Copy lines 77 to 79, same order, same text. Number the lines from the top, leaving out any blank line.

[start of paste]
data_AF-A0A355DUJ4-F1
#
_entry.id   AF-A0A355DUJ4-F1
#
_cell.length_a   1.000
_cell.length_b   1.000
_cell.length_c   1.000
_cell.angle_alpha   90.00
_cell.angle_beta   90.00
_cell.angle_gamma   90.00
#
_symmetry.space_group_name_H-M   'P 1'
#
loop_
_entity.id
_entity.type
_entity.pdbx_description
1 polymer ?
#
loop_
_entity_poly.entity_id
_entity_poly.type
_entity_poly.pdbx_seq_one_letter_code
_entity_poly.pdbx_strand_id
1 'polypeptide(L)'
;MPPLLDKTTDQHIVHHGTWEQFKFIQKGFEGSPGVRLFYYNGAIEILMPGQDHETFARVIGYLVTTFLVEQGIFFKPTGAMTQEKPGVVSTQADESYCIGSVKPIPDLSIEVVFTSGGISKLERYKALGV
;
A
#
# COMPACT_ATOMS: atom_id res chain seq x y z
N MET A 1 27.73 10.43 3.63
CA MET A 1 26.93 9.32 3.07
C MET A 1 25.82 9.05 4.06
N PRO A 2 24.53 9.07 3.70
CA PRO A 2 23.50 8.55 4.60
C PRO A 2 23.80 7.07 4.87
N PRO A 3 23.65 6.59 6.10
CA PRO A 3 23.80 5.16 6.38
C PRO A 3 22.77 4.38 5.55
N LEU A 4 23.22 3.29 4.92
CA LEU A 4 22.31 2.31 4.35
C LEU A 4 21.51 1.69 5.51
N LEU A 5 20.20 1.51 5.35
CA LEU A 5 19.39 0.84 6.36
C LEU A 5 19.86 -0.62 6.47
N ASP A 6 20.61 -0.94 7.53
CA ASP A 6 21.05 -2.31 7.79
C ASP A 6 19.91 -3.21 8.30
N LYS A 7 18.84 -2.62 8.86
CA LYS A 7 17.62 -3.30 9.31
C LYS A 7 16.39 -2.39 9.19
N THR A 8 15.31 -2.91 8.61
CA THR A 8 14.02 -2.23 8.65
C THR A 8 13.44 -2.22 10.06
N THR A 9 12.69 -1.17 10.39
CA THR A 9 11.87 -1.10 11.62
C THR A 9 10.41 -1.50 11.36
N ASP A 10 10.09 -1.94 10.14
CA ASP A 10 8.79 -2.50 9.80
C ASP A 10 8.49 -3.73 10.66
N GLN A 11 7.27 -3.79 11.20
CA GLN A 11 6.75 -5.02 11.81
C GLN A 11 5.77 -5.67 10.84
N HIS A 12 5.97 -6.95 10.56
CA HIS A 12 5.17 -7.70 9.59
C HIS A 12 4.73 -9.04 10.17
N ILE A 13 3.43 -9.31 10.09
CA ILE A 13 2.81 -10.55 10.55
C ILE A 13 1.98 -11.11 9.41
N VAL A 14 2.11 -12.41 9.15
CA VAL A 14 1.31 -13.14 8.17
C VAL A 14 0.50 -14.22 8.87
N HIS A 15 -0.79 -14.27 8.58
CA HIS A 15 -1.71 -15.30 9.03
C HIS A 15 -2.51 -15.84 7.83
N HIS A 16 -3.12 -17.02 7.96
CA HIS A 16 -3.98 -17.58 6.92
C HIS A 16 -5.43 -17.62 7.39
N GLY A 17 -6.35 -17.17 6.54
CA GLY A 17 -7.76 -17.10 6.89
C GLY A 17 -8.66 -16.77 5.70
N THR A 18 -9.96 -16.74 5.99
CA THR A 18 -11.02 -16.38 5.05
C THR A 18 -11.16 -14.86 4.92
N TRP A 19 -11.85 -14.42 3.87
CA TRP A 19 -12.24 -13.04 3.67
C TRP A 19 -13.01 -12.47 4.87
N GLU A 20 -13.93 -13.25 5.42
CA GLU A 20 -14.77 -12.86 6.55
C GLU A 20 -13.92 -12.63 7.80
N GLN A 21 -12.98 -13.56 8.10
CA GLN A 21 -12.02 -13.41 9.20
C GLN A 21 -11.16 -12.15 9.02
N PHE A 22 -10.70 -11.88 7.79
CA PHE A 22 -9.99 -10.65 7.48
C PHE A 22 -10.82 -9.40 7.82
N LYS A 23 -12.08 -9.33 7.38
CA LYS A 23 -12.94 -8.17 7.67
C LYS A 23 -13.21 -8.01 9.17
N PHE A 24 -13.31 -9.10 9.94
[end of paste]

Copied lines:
CA HIS A 16 -3.98 -17.58 6.92
C HIS A 16 -5.43 -17.62 7.39
N GLY A 17 -6.35 -17.17 6.54